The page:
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MDR and World Music Day
On the occasion of World Music Day, I am re-posting a link to my earlier article on MD Ramanathan, who would have turned 100 on 20 May this year.
Note: My earlier post on “Make music, not war” was slightly modified to correct one wrong video link and to add another.
In 1981, when the Government of Kerala celebrated Onam for the first time on a grand scale, it was decided to invite MD Ramanathan (1923-1984), the South Indian classical vocalist, to feature in the classical music programme. D Appukuttan Nair, a renowned expert in kathakali, kutiyattam and temple architecture, and who designed the koothambalam of Kalakshetra in Chennai, where MDR taught, was requested to get in touch with the musician. MDR seemed reluctant to go at the government's invitation. And perhaps to get them off his back, he decided to act pricey. He replied in Tamil, his mother tongue, that he would come only if he were paid randayiram, or Rs 2000, elongating the second vowel to emphasise the enormity of the amount. That translated into about 115 US dollars as per the prevailing exchange rate. The same year, the organisers paid a leading Malayalam playback singer Rs 30,000.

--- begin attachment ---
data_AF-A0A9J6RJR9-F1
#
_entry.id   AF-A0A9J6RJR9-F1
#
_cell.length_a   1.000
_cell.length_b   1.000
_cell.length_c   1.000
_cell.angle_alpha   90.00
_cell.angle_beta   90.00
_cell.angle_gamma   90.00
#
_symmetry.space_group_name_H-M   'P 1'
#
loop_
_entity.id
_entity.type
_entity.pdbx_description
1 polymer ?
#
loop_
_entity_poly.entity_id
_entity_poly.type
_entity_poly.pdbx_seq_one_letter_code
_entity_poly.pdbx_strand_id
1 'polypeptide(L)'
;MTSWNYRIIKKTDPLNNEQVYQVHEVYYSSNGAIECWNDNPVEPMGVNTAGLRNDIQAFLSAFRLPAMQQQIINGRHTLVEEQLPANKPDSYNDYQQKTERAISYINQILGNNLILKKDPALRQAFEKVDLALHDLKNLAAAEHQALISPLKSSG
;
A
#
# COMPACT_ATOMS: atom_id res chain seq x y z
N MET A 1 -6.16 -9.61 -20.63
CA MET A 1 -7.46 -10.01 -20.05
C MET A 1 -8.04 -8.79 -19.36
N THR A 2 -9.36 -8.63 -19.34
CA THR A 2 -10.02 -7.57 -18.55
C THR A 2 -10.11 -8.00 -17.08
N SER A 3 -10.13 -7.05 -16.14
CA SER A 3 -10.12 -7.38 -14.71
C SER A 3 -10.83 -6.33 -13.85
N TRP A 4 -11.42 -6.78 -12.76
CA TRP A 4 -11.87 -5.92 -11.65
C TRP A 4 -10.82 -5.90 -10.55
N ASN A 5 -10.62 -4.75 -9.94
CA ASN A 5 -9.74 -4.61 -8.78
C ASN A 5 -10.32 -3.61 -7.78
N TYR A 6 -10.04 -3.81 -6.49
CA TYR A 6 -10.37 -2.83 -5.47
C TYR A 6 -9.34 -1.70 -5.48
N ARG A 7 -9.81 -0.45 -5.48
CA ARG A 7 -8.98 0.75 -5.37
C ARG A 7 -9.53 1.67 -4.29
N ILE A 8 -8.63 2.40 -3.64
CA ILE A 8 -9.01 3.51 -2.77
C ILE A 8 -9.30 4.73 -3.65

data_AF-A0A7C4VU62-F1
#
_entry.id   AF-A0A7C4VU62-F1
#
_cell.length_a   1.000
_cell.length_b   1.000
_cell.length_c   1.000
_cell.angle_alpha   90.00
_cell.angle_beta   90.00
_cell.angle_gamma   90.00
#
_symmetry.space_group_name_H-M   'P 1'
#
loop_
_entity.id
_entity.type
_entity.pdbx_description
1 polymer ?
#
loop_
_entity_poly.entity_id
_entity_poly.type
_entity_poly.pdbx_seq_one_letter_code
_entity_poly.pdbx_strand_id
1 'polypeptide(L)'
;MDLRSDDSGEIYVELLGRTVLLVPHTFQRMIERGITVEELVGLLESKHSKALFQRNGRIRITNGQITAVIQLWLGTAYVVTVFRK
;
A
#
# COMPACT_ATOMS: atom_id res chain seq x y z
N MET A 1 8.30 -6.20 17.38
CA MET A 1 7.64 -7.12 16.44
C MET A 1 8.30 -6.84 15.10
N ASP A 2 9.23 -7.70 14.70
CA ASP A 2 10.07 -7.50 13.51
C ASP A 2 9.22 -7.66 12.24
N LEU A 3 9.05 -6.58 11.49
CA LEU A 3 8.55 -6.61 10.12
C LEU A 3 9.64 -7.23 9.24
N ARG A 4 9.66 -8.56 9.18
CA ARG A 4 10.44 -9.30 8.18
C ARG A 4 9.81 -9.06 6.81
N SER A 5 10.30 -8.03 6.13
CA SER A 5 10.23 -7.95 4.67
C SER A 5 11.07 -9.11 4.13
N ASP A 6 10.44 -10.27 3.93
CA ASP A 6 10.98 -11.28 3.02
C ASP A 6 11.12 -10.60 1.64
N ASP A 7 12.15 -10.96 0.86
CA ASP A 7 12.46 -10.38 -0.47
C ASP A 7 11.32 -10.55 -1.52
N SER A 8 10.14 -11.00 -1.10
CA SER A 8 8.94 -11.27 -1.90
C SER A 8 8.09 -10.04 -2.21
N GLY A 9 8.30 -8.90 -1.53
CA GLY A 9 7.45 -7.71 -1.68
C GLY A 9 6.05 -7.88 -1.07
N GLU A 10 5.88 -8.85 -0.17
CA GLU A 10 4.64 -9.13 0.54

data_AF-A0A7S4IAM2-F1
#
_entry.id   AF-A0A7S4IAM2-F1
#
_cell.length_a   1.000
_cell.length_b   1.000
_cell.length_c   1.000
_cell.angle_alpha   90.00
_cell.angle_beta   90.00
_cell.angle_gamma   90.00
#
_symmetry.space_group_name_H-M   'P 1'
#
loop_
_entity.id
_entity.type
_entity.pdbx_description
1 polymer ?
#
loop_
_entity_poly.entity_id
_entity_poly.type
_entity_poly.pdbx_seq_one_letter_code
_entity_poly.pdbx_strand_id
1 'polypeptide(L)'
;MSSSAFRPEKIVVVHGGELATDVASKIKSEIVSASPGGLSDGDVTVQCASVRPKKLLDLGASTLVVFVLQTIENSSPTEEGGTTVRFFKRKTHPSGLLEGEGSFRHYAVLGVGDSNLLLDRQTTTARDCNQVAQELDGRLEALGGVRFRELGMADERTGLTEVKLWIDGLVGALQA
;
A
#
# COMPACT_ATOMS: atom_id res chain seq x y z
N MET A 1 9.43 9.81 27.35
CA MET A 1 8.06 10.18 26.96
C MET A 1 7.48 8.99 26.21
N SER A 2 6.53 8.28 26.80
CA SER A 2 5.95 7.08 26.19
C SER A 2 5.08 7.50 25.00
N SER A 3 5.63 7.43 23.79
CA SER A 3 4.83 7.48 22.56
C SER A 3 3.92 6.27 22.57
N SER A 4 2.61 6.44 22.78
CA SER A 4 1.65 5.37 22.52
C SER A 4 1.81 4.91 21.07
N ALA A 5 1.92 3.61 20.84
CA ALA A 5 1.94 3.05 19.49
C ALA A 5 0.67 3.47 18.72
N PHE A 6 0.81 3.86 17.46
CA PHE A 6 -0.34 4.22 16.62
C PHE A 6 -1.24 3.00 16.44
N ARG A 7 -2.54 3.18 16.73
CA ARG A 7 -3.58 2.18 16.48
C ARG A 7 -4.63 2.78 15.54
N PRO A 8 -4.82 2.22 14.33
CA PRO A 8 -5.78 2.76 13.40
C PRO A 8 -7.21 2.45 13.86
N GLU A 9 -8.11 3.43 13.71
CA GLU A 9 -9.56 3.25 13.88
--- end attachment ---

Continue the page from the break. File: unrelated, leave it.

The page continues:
The organisers must have taken pity on the musician, who seemed out of tune with the times. It was possible that in his earlier programmes, the organisers must have been shortchanging him. They paid him double the amount he asked for. MDR sang to his heart’s content, as evident from the mangalam, the last piece, which ran into several minutes. That was the only concert of MDR that I ever attended. He passed away three years later, not getting the Sangita Kalanidhi, the highest honour in Carnatic music, that he coveted, according to reports. He was widely expected to get the award the previous year.
With the death of MDR ended a unique style of low-pitched singing that was MDR’s own. With no notable students, there was no one to carry forward the tradition. There was hardly any music from MDR available outside of concert halls. Rukmini Devi Arundale, who ran Kalakshetra with a tight fist and iron hand, banned any recording. As for recorded music, there was just one LP record and one EP record. In an interview, someone asked him why there were no more records of him. MDR replied that they came just for two and did not come for more. He pointed to the coffee he was sipping and replied, classical music is like fresh hot coffee. When it is recorded, it will be like coffee from a flask.
After MDR’s untimely death, there was a scramble to collect his recordings. Rukmini Devi advertised, asking people to share their private recordings. Since then, over the last four decades, there has been a huge surge in interest in the music of MDR. About 15 years back, while suffering from a heart ailment, I downloaded over 100 concerts. And more are appearing as if from nowhere. Listening to MDR has been, to me, a meditative experience, much like listening to a long alaap by any dhrupad vocalist or by Bhimsen Joshi or Ustad Amir Khan. I often resort to him.
Please see my earlier post on MD Ramanathan in the link below: